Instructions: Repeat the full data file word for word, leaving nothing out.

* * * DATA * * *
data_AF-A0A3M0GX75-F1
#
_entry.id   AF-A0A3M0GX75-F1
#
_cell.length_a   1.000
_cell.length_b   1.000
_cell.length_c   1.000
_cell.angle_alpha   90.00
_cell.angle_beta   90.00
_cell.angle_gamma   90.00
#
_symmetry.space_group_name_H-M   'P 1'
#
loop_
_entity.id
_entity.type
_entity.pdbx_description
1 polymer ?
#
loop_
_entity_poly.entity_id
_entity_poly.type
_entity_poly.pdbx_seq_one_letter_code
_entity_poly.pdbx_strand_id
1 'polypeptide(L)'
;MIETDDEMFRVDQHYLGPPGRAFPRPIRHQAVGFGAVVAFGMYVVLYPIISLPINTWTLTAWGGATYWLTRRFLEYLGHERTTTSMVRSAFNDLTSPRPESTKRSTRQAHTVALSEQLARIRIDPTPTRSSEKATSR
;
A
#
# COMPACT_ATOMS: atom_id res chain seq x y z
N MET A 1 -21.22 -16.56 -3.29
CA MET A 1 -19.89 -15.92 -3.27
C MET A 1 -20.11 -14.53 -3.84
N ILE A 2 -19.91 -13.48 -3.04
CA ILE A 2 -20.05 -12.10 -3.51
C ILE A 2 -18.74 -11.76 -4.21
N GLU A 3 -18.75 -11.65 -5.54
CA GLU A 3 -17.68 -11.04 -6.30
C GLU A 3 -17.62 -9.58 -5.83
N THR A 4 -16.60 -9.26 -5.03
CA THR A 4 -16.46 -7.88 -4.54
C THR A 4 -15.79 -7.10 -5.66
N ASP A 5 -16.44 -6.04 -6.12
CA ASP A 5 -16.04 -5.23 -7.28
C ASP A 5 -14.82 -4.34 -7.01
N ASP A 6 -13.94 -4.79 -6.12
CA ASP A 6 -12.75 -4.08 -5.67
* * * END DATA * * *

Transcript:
data_AF-A0A3M0GX75-F1
#
_entry.id   AF-A0A3M0GX75-F1
#
_cell.length_a   1.000
_cell.length_b   1.000
_cell.length_c   1.000
_cell.angle_alpha   90.00
_cell.angle_beta   90.00
_cell.angle_gamma   90.00
#
_symmetry.space_group_name_H-M   'P 1'
#
loop_
_entity.id
_entity.type
_entity.pdbx_description
1 polymer ?
#
loop_
_entity_poly.entity_id
_entity_poly.type
_entity_poly.pdbx_seq_one_letter_code
_entity_poly.pdbx_strand_id
1 'polypeptide(L)'
;MIETDDEMFRVDQHYLGPPGRAFPRPIRHQAVGFGAVVAFGMYVVLYPIISLPINTWTLTAWGGATYWLTRRFLEYLGHERTTTSMVRSAFNDLTSPRPESTKRSTRQAHTVALSEQLARIRIDPTPTRSSEKATSR
;
A
#
# COMPACT_ATOMS: atom_id res chain seq x y z
N MET A 1 -21.22 -16.56 -3.29
CA MET A 1 -19.89 -15.92 -3.27
C MET A 1 -20.11 -14.53 -3.84
N ILE A 2 -19.91 -13.48 -3.04
CA ILE A 2 -20.05 -12.10 -3.51
C ILE A 2 -18.74 -11.76 -4.21
N GLU A 3 -18.75 -11.65 -5.54
CA GLU A 3 -17.68 -11.04 -6.30
C GLU A 3 -17.62 -9.58 -5.83
N THR A 4 -16.60 -9.26 -5.03
CA THR A 4 -16.46 -7.88 -4.54
C THR A 4 -15.79 -7.10 -5.66
N ASP A 5 -16.44 -6.04 -6.12
CA ASP A 5 -16.04 -5.23 -7.28
C ASP A 5 -14.82 -4.34 -7.01
N ASP A 6 -13.94 -4.79 -6.12
CA ASP A 6 -12.75 -4.08 -5.67